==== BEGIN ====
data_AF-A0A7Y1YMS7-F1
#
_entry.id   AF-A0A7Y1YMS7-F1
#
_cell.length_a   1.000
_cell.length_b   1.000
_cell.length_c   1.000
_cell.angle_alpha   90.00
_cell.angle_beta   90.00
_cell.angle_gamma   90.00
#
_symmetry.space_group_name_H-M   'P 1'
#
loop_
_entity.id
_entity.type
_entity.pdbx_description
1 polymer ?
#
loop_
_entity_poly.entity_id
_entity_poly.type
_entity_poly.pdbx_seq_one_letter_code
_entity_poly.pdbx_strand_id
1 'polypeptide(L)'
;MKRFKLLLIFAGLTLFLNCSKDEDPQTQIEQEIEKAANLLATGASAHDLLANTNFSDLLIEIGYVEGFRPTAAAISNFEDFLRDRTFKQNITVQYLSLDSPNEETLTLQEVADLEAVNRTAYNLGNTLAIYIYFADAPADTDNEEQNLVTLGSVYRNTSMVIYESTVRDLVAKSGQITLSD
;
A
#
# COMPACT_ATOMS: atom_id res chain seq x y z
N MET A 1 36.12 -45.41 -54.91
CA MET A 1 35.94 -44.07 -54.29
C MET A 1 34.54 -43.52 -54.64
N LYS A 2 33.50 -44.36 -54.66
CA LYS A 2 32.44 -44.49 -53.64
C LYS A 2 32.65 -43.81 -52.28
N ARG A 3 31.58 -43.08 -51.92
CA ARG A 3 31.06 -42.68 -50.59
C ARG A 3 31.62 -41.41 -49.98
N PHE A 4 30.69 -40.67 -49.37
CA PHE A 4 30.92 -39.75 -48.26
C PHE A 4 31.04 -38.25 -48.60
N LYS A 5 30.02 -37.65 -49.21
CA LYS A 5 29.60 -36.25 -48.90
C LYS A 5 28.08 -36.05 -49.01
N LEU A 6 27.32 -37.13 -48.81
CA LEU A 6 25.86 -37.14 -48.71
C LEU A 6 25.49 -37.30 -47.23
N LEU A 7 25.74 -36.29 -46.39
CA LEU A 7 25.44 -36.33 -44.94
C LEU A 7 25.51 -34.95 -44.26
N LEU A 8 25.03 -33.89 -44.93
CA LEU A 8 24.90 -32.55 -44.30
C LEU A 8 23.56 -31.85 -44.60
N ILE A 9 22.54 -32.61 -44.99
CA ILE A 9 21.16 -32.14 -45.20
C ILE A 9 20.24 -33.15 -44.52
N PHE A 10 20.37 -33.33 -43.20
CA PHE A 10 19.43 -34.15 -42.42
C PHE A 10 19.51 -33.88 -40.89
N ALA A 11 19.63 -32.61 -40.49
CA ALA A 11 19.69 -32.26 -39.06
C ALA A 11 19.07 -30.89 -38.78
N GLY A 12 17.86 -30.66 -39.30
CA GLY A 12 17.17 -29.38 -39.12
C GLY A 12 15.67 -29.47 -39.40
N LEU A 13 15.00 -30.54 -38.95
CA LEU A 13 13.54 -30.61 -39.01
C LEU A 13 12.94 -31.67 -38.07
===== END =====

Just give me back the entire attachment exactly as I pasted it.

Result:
data_AF-A0A7Y1YMS7-F1
#
_entry.id   AF-A0A7Y1YMS7-F1
#
_cell.length_a   1.000
_cell.length_b   1.000
_cell.length_c   1.000
_cell.angle_alpha   90.00
_cell.angle_beta   90.00
_cell.angle_gamma   90.00
#
_symmetry.space_group_name_H-M   'P 1'
#
loop_
_entity.id
_entity.type
_entity.pdbx_description
1 polymer ?
#
loop_
_entity_poly.entity_id
_entity_poly.type
_entity_poly.pdbx_seq_one_letter_code
_entity_poly.pdbx_strand_id
1 'polypeptide(L)'
;MKRFKLLLIFAGLTLFLNCSKDEDPQTQIEQEIEKAANLLATGASAHDLLANTNFSDLLIEIGYVEGFRPTAAAISNFEDFLRDRTFKQNITVQYLSLDSPNEETLTLQEVADLEAVNRTAYNLGNTLAIYIYFADAPADTDNEEQNLVTLGSVYRNTSMVIYESTVRDLVAKSGQITLSD
;
A
#
# COMPACT_ATOMS: atom_id res chain seq x y z
N MET A 1 36.12 -45.41 -54.91
CA MET A 1 35.94 -44.07 -54.29
C MET A 1 34.54 -43.52 -54.64
N LYS A 2 33.50 -44.36 -54.66
CA LYS A 2 32.44 -44.49 -53.64
C LYS A 2 32.65 -43.81 -52.28
N ARG A 3 31.58 -43.08 -51.92
CA ARG A 3 31.06 -42.68 -50.59
C ARG A 3 31.62 -41.41 -49.98
N PHE A 4 30.69 -40.67 -49.37
CA PHE A 4 30.92 -39.75 -48.26
C PHE A 4 31.04 -38.25 -48.60
N LYS A 5 30.02 -37.65 -49.21
CA LYS A 5 29.60 -36.25 -48.90
C LYS A 5 28.08 -36.05 -49.01
N LEU A 6 27.32 -37.13 -48.81
CA LEU A 6 25.86 -37.14 -48.71
C LEU A 6 25.49 -37.30 -47.23
N LEU A 7 25.74 -36.29 -46.39
CA LEU A 7 25.44 -36.33 -44.94
C LEU A 7 25.51 -34.95 -44.26
N LEU A 8 25.03 -33.89 -44.93
CA LEU A 8 24.90 -32.55 -44.30
C LEU A 8 23.56 -31.85 -44.60
N ILE A 9 22.54 -32.61 -44.99
CA ILE A 9 21.16 -32.14 -45.20
C ILE A 9 20.24 -33.15 -44.52
N PHE A 10 20.37 -33.33 -43.20
CA PHE A 10 19.43 -34.15 -42.42
C PHE A 10 19.51 -33.88 -40.89
N ALA A 11 19.63 -32.61 -40.49
CA ALA A 11 19.69 -32.26 -39.06
C ALA A 11 19.07 -30.89 -38.78
N GLY A 12 17.86 -30.66 -39.30
CA GLY A 12 17.17 -29.38 -39.12
C GLY A 12 15.67 -29.47 -39.40
N LEU A 13 15.00 -30.54 -38.95
CA LEU A 13 13.54 -30.61 -39.01
C LEU A 13 12.94 -31.67 -38.07